Transforming Ordinary People into Extraordinary Followers of Christ

Christianity: The Basics: No Updates Needed


The Book of Hebrews

Today we often hear people say: “The Bible has a lot of good things to say, but it’s provincial and outdated. There are a lot of things in there that we can’t accept anymore, because we have a more sophisticated way of looking at things.” The book of Hebrews tells us that Jesus came to bring God’s final word to humanity. And this final word, when it is received and submitted to, creates a living, dynamic relationship with God (Hebrews 1:1-4). 

Twice in the first two verses it says we have a God who speaks, who reveals himself to us through words. We are told that He has given us his final word (“has spoken”). The Greek perfect tense reflects a past action that has an ongoing impact. It is the final word. It is the perfect, completing revelation. It is saying, “In past times God spoke truly to us, but always in pieces. Now, through Jesus’ words and works he has spoken to us fully and finally.” To “sit” (v. 3) is a metaphor for completion. Jesus’ saving work was finished; there’s nothing more that can be added to it. Jesus is the ultimate revealer, who ends the revelations of former times, and gives us his final word and his final work. This means that the Bible cannot be improved, updated, or corrected. 

The Bible records lots of things that it doesn’t approve! Abraham had multiple wives; he also lied and cheated. Others claim that Christians are completely arbitrary—embracing some things in the Bible while discontinuing others. This issue is complex, but it’s not arbitrary. The Book of Hebrews teaches that God’s law abides eternally, that it never goes out of date (10:16), yet it also says that Jesus Christ’s sacrifice ends the need for all of the animal sacrifices for sin. Jesus fulfilled all those ceremonial laws relating to cleanness. The purpose for all of those rules was to show us our inability to approach a holy God without a Savior. Now we have a Savior who makes us acceptable and clean in God’s sight. The Bible itself tells us which things no longer have to followed—and which things do. We don’t decide on our own. Some people ask, “Doesn’t the Bible condone slavery?” Those who ask this often have in mind the African slave trade—but the Bible condemns kidnapping and selling people (1 Timothy; Deuteronomy 24). Slavery in the Old Testament was more similar to our bankruptcy law; you worked for someone until the debt was paid. The kind of slavery condoned in the Bible involves an arrangement that allows you to pay off your debts without going to prison. You don’t own the person; they work for you. You own their means of production until they pay the debt. And there were all sorts of protections for slaves (eg. Exodus 21:27). 

My larger point is this: with the coming of Jesus, and with the recorded accounts in the New Testament, we have a completed revelation from God. The Bible is God’s final Word. God speaks today through his final written Word. God can, and sometimes does, lead us through thoughts and impressions, but if you’re mature, you will never insist in that moment that you are absolutely certain it is from God. Just like in any relationship, you have to have words that you know are from that person. The Bible is those words which we know are from God. If you say, “There are parts of the Bible I think are true and other parts of the Bible I don’t think are true,” what you’re really saying is that your feelings and impressions decide what is true. But the first step in having a dynamic personal relationship with God is to accept the complete authority and the finality of what he’s already said in the Bible (Hebrews 4:12-13). When God says something, it happens immediately, because his word is his deed. His word is his power. It’s through his word that his power operates. As bond-servants of God, we accept everything he says (Galatians 1:10). God speaks personally and he speaks penetratingly, not by giving you some other revelation, but through the biblical revelation he has already given us. So the first step in having a dynamic personal relationship with God is to accept the complete authority and the finality of the Bible. Do you allow God to have authority over you in areas such as gossip, fear, unforgiveness, and sexual sin (Proverbs 20:19; Philippians 4:6; Ephesians 4:32; 1 Corinthians 6:9-11)—or do you cry foul?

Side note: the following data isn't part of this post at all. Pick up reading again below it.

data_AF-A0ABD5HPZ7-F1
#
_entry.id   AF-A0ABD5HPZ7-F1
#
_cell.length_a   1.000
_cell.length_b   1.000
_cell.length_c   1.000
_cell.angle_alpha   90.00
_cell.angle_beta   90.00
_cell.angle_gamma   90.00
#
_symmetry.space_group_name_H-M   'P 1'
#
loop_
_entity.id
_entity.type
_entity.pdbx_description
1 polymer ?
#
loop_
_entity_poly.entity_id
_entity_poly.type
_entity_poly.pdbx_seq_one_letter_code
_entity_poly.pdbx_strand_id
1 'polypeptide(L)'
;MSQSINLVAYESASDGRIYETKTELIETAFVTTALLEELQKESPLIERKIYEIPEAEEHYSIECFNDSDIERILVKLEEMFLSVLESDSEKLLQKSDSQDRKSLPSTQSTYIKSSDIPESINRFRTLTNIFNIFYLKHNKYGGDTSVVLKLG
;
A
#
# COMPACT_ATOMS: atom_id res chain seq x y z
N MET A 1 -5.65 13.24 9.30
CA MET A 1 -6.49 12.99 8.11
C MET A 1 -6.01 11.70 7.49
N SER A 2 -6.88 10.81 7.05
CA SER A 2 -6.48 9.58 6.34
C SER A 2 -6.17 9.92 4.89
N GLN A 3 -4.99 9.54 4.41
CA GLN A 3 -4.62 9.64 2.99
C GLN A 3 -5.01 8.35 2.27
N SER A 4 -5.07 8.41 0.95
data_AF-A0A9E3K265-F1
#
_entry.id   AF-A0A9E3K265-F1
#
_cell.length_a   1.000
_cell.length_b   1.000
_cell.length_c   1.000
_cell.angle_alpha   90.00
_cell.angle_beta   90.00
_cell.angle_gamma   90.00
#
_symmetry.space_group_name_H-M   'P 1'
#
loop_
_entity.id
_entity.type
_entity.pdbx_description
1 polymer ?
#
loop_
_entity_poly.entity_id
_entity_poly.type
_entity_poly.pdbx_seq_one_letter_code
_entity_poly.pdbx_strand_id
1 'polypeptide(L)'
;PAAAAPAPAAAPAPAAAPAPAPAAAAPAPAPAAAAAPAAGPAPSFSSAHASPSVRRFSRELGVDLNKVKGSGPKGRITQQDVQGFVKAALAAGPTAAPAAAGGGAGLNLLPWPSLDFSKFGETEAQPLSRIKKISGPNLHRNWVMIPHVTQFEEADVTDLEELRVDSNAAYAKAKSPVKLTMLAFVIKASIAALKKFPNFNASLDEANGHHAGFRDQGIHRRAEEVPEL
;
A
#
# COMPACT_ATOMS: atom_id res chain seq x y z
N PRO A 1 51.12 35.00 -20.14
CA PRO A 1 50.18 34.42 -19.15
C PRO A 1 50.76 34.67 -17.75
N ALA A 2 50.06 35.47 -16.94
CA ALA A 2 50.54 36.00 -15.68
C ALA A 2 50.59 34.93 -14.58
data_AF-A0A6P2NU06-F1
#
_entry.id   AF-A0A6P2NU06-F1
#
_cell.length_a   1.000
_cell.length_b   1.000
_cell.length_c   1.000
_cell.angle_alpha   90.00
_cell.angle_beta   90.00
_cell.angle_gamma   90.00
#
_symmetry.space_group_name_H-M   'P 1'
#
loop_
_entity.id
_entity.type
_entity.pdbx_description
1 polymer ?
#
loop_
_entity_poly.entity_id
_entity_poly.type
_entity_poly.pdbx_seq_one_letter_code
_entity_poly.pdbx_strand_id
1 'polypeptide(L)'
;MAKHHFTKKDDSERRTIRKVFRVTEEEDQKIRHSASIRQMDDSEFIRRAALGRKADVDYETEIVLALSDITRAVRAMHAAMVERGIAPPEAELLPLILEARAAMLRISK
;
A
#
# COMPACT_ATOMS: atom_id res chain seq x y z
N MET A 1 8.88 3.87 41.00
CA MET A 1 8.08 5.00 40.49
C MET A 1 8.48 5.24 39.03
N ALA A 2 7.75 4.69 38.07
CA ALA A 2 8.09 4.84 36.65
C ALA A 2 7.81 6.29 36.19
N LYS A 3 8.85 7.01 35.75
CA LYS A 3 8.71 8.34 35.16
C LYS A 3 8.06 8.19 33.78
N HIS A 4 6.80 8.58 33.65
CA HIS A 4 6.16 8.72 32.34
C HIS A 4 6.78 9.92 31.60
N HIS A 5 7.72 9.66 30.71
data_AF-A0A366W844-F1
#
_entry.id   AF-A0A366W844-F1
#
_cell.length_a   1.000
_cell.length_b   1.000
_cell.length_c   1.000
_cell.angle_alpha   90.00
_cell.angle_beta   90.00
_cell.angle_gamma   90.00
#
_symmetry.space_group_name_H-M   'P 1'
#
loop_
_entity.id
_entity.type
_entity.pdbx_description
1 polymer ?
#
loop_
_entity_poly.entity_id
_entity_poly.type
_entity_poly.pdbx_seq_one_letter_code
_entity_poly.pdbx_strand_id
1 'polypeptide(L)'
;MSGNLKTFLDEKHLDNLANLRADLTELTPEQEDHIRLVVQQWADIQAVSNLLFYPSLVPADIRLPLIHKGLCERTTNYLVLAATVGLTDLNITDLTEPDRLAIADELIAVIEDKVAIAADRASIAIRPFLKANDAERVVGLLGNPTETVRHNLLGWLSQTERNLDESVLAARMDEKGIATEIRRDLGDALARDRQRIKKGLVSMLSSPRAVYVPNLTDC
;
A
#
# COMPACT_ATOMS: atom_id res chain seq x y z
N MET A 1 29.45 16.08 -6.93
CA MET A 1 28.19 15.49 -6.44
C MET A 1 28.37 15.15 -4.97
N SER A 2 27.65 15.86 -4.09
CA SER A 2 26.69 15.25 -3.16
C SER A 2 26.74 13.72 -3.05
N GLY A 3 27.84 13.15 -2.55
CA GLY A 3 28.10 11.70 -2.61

If you leave things out of the Bible that offend you, how will God ever be able to correct you? You won’t be willing to accept the great things God says, that you don’t want to hear, until you are willing to accept the hard things he says that you don’t want to hear. Before you get your doctrine of Scripture straight, you have to get your doctrine of Jesus Christ straight. The Bible is God’s final Word because it reveals who Jesus is, and what he has done, in all of his unsurpassable beauty! The Bible is a message about Jesus. He is the central character. It all points to Him (Hebrews 1:3; 2 Corinthians 4:6). It is not until you realize what Jesus has done for you that you will see his beauty and the Bible will become a living, penetrating, life-giving power in your life. Do you see the beauty of who Christ is and what he has done for you? It’s all recorded there for you in the Bible, God’s final word to man. Once you accept it and trust in it, it becomes the vehicle through which God’s living, powerful Word transforms your life. 


Accept the Bible as God’s final, completed word. Submit to it, and God will transform your life!


Each week, write down one doable concrete step of obedience, small or large, that you will put into practice this week. (James 1:22: “But prove yourselves doers of the word, and not merely hearers who delude themselves.”)

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